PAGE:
Männilaan claims that talking about these encounters now, they seem like painful experiences. She adds that she had to take it because she had no choice other than to try and get along with the director. She recalls how she never received any help over at Estonia as she was always told the behavior she described was typical of Mäe and should be taken as a joke. “I was left alone with my problems,” she says. Männilaan says that she did not turn to the police because she felt the incidents in question were not something the authorities could help with.
Many National Opera Estonia employees, who regard the entire scandal as an attack not only against Mäe but the entire theater, say that it has left them in shock. Everyone interviewed by Postimees, with the exception of Männilaan, says that Mäe has not harassed them, that they have not witnessed or heard of a single episode of harassment involving someone else.
(The author admits this does not necessarily mean there are no more people accusing Mäe of harassment, while the people interviewed by Postimees are also not the only ones with no criticism for Mäe as 351 people, most of whom have ties to the theater, signed a petition in support of Mäe last week.)
Mäe’s colleagues describe him as authoritarian, tough and exacting on the one hand, but jolly, friendly and emotional on the other. Everyone knows he makes jokes that are often borderline or indeed go too far.
“Aivar has an ambivalent sense of humor, most definitely,” says Kristel Konsa who worked directly for Mäe as the theater’s chief administrator and producer for four years. “But he is not someone whose jokes hide plans for harassment or one to do something physical people would find disagreeable. I cannot even imagine something like that.”
Music manager and producer Kadri Tali, who has worked alongside Mäe for 14 years, says that while Mäe’s jokes and attempts at poking fun might include a chauvinist component and even be described as raucous, he definitely isn’t a sexual harasser. “I have experienced sexist comments and situations – I know what I’m talking about,” Tali says. “I have had contact with sexual harassment and can recognize it. There is nothing of the sort here.”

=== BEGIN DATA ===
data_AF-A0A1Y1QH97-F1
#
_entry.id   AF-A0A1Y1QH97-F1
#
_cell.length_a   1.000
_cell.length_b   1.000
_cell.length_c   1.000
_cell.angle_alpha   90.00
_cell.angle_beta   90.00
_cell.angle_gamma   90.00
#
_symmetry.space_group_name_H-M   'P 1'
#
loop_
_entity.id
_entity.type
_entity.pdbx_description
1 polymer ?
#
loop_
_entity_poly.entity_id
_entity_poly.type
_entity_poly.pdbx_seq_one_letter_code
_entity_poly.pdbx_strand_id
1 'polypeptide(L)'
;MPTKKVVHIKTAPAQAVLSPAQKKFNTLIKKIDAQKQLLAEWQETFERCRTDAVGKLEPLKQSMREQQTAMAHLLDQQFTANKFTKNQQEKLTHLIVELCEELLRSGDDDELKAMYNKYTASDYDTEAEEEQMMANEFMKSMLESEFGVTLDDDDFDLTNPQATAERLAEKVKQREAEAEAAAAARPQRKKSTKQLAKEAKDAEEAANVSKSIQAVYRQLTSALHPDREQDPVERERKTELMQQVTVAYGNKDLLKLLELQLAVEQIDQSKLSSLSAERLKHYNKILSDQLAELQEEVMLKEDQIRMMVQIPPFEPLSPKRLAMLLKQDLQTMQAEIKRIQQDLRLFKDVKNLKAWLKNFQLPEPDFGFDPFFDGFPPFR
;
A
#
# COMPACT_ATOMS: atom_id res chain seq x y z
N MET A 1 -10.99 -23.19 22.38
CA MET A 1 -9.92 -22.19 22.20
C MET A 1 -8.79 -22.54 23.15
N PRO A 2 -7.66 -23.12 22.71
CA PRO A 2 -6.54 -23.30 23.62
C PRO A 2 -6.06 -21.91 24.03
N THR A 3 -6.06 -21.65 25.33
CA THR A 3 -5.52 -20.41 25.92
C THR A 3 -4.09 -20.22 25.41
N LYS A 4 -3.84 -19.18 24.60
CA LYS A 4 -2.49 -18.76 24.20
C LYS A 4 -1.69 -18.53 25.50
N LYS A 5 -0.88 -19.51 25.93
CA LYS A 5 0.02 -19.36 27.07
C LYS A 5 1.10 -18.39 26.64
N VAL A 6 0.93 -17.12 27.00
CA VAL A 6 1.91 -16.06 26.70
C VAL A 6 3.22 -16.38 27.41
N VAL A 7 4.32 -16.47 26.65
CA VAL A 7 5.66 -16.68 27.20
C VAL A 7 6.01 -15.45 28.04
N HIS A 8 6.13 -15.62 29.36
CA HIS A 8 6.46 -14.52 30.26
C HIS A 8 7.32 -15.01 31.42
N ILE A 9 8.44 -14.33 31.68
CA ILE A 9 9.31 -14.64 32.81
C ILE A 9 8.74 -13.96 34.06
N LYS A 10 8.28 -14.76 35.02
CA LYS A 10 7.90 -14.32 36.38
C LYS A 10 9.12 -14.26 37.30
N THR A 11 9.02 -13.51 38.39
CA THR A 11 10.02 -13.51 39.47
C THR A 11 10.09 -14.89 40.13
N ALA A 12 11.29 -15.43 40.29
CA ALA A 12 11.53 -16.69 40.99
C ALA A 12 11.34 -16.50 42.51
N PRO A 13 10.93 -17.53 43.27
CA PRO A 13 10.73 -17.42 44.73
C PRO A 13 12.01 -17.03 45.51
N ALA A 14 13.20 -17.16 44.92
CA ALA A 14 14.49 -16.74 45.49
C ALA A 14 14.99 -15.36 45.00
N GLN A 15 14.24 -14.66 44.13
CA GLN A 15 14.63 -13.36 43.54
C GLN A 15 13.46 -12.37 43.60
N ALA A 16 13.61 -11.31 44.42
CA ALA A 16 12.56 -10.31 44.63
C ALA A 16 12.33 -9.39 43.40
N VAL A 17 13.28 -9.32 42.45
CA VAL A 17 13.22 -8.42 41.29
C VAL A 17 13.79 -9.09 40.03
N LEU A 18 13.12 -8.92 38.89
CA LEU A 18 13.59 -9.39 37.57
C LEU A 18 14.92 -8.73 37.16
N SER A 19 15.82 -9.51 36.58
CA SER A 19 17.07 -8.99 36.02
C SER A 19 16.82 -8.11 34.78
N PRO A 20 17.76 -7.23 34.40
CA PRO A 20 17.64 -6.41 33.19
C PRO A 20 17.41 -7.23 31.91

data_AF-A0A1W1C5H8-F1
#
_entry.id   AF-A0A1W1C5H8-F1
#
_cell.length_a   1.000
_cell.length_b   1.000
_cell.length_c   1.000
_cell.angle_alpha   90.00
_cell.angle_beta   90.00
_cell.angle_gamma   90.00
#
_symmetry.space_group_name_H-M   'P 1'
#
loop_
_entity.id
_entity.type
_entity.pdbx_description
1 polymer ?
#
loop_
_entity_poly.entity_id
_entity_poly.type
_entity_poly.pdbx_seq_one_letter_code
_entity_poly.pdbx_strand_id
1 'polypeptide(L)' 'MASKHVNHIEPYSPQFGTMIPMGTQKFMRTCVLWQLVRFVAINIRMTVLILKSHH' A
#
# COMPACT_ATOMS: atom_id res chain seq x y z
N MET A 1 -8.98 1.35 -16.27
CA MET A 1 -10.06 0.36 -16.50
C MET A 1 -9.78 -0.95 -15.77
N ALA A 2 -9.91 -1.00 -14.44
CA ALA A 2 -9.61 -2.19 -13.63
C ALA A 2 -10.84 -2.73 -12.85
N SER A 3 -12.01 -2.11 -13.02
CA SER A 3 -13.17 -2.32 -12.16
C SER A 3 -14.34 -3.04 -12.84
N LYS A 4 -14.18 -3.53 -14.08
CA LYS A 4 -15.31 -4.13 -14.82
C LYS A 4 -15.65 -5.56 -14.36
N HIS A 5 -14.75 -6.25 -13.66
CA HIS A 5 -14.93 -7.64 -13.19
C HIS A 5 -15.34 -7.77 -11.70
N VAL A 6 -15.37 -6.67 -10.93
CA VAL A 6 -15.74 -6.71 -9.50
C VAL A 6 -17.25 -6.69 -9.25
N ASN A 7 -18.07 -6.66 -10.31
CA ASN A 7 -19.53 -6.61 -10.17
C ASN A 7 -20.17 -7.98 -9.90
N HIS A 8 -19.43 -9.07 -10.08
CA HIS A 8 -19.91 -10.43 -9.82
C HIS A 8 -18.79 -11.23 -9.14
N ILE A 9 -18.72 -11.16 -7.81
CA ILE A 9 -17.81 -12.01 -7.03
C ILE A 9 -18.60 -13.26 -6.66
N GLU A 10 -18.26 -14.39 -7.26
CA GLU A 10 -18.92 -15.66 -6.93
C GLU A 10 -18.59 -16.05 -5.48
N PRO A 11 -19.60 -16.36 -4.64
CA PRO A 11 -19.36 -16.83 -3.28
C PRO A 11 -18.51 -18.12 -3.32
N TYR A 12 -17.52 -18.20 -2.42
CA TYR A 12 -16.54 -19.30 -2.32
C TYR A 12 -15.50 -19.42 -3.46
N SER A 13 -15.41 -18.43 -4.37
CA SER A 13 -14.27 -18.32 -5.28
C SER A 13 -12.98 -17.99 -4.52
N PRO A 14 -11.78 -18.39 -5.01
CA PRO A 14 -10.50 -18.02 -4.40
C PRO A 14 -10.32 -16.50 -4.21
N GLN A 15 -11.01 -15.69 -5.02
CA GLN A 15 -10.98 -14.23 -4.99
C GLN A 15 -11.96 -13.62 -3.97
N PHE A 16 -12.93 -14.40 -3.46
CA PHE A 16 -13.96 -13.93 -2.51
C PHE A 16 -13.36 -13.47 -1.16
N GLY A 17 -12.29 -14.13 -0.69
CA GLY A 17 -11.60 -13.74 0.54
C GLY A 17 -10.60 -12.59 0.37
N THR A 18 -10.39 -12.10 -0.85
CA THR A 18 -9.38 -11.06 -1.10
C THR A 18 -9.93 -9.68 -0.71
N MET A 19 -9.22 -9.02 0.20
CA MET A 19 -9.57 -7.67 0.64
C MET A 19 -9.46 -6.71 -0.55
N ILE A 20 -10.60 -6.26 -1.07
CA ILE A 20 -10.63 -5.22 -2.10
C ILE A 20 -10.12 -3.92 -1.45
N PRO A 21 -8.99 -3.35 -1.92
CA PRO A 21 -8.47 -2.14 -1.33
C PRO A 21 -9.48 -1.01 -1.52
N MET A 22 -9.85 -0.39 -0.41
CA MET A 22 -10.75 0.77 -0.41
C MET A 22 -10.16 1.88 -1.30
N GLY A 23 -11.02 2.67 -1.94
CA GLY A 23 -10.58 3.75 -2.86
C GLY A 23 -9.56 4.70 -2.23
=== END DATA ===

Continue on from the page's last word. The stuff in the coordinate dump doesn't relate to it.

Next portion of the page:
It probably boils down to how people interpret these things, Tali offers. She guesses that the people speaking critically about Mäe are half her age, people in their twenties. “The times have changed,” she says. “What used to be jokes aren’t anymore. Perhaps there are different interpretations.”
While many Estonia employees say that if you tell Mäe his jokes are unacceptable, he pulls back and alters his behavior, Männilaan claims she repeatedly told Mäe to stop but adds that such requests were mere jokes in Aivar Mäe’s eyes.
The police launched proceedings regarding potential sexual harassment last week to get to the bottom of what has transpired at the theater in connection with Mäe’s behavior. Vello Ojamäe, who was questioned for an hour, said that the police had not done their homework and tried to break him with loaded questions. Ballet dancer Seili Loorits-Kämbre, regarding whom it was reported Mäe harassed her in the theater’s physiotherapy room, told the police that while she was getting a massage when Mäe dropped by, she did not feel harassed or uncomfortable.
Männilaan tells Postimees that there are over 30 people at the theater who regard incidents involving Mäe unfortunate and have said as much. “It is in not my personal problem,” Männilaan says. She promises to give Postimees a more precise number of alleged victims the next day, while the paper instead receives an application from sworn attorney Maria Mägi-Rohtmets not to publish Männilaan’s personal information.
(Postimees very seriously considered and discussed with attorneys whether to disclose her person even before Männilaan’s application, before concluding there is overwhelming public interest in the case. Statements by Postimees’ sources suggest Männilaan is not only a potential victim but has considerably affected the course of events and media coverage. Therefore, it is necessary to disclose her person to ensure balanced coverage of the Aivar Mäe scandal.)